WASHINGTON, DC (August 21, 2007) --- The National Oceanic and Atmospheric Administration (NOAA) announced today that it has charged the owner and operator of a U.S. vessel with unlawfully fishing in the Papahānaumokuākea Marine National Monument. This case is the first federal enforcement action taken since President Bush declared the area around the Northwestern Hawaiian Islands a marine national monument on June 15, 2006.
NOAA issued a Notice of Violation and Assessment (NOVA) of civil penalty in the amount of $61,000. The NOVA was issued to ASTARA Company LLC, the owner, and Robert Flores, the operator, of the fishing vessel ASTARA for alleged violations in the Papahānaumokuākea Marine National Monument.
The NOVA includes three counts of entering the monument and unlawfully harvesting monument resources. The owner and operator also are charged with possessing fishing gear that was not stowed or unavailable for use. The NOVA includes an additional count of failing to possess a valid Hawai‘i longline permit, which is not a monument violation but is in violation of other federal regulations. While commercial bottomfishing continues to be allowed in the monument for a limited time for those already in possession of valid Federal bottomfish permits, all other commercial and recreational fishing is prohibited in the monument.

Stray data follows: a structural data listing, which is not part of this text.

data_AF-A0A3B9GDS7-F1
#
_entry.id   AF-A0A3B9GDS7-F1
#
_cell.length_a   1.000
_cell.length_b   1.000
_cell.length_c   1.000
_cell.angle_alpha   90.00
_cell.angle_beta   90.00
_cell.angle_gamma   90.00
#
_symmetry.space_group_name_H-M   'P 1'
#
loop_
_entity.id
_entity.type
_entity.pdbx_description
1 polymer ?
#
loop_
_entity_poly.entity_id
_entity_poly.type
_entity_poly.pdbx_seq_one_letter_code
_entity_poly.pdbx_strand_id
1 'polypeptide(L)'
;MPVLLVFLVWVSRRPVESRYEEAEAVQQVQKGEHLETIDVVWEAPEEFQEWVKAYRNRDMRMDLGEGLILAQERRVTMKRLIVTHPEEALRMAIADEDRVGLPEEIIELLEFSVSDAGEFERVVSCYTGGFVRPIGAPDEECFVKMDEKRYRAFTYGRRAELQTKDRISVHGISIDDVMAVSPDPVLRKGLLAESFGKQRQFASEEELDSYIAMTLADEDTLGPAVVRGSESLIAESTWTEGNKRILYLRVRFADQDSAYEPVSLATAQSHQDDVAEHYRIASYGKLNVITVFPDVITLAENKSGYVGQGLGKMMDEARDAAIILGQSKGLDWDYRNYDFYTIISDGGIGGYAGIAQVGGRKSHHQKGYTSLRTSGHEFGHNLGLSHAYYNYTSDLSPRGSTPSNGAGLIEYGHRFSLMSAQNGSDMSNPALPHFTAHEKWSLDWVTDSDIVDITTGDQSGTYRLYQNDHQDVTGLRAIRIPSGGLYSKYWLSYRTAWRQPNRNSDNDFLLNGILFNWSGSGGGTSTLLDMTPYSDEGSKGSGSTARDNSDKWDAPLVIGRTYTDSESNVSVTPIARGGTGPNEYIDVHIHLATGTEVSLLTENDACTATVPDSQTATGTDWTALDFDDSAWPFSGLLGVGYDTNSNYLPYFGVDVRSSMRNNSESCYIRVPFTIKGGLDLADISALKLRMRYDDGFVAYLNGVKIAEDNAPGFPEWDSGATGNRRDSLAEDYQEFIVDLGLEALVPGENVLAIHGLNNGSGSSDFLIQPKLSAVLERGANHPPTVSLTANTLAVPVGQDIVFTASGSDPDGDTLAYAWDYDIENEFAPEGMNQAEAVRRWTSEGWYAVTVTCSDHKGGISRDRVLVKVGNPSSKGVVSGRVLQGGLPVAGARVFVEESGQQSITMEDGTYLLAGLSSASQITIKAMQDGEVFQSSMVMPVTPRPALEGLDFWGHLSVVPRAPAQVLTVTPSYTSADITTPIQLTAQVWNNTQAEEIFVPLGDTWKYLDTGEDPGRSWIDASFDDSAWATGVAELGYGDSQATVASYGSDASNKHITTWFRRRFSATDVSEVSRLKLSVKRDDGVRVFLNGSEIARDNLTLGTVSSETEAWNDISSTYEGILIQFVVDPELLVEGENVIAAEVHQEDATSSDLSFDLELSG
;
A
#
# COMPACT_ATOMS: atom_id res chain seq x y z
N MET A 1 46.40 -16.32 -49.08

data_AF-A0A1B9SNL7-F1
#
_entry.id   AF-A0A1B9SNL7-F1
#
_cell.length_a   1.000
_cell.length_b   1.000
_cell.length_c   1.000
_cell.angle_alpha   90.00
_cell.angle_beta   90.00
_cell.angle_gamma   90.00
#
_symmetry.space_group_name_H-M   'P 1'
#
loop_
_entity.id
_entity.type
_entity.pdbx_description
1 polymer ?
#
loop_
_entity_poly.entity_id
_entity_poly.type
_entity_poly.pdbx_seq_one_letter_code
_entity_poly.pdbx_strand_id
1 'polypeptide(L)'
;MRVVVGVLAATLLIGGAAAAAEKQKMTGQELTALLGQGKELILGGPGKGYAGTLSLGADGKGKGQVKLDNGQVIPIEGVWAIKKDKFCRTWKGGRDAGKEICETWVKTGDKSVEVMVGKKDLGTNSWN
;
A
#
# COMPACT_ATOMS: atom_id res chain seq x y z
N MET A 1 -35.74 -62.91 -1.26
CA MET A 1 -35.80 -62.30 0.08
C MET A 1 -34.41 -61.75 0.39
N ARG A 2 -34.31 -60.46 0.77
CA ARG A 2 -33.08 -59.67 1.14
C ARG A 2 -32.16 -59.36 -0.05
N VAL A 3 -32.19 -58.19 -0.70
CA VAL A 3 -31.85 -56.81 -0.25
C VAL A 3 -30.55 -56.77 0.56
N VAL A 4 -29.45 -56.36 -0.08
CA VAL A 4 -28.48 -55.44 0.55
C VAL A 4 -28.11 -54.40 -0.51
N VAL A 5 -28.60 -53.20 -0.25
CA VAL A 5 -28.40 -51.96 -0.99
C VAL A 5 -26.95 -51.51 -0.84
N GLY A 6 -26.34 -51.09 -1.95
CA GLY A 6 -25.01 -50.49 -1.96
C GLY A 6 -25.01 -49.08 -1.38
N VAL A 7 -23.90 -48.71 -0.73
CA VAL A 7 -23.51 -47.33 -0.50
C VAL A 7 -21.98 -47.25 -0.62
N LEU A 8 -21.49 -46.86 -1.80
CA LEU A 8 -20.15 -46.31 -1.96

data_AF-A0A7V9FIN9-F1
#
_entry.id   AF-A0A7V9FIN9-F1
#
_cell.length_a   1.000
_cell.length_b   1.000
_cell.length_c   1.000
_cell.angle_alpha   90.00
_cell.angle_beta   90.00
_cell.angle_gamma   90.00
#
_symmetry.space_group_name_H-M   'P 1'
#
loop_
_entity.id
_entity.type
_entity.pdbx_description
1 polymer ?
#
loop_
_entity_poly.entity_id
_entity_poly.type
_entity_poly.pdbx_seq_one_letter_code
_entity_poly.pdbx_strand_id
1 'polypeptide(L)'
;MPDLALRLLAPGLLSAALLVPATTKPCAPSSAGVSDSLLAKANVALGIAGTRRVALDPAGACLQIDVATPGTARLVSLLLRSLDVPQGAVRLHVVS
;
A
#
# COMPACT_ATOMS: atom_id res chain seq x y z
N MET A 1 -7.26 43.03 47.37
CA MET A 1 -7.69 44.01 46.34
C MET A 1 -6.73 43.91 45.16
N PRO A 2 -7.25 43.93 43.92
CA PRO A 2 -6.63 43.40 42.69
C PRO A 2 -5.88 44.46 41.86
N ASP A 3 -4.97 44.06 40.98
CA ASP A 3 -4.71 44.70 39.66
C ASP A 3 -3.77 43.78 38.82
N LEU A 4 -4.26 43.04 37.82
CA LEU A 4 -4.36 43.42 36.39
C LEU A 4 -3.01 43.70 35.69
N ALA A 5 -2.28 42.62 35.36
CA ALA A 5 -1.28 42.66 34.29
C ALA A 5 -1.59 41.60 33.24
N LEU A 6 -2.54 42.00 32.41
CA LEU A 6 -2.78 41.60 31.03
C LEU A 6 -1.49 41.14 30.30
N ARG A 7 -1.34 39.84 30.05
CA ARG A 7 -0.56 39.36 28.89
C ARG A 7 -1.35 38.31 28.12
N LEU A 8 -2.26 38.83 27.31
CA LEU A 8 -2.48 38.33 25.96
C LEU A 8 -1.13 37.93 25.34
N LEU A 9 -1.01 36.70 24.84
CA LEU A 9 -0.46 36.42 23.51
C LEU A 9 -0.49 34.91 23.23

“NOAA takes its stewardship responsibilities in the new monument seriously,” said Dale Jones, director of NOAA’s Office for Law Enforcement. “The monument is spread over an immense area in a relatively remote location. It is home to a wide variety of natural resources including the endangered Hawaiian monk seal and threatened and endangered sea turtles. The monument co-trustees are committed to enforcing the prohibitions established by the Presidential Proclamation and protecting these resources through hard work and the cooperative efforts of law enforcement partners like the U.S. Coast Guard.”
Following receipt of the NOVA, the vessel’s owner and operator may admit the alleged violations and pay the assessed civil penalty, attempt to resolve the matter through settlement or request a hearing in front of an Administrative Law Judge (ALJ). They may appeal any adverse decision by the ALJ to the NOAA Administrator and then to the U.S. District Court.
The Papahānaumokuākea Marine National Monument is managed jointly by three co-trustees the Department of Commerce, Department of the Interior and the state of Hawai‘i and represents a cooperative conservation approach to protecting the entire ecosystem. The monument area includes the Northwestern Hawaiian Islands Coral Reef Ecosystem Reserve, the Midway Atoll National Wildlife Refuge/Battle of Midway National Memorial, the Hawaiian Islands National Wildlife Refuge, the Hawai‘i State Seabird Sanctuary at Kure Atoll, and Northwestern Hawaiian Islands State Marine Refuge.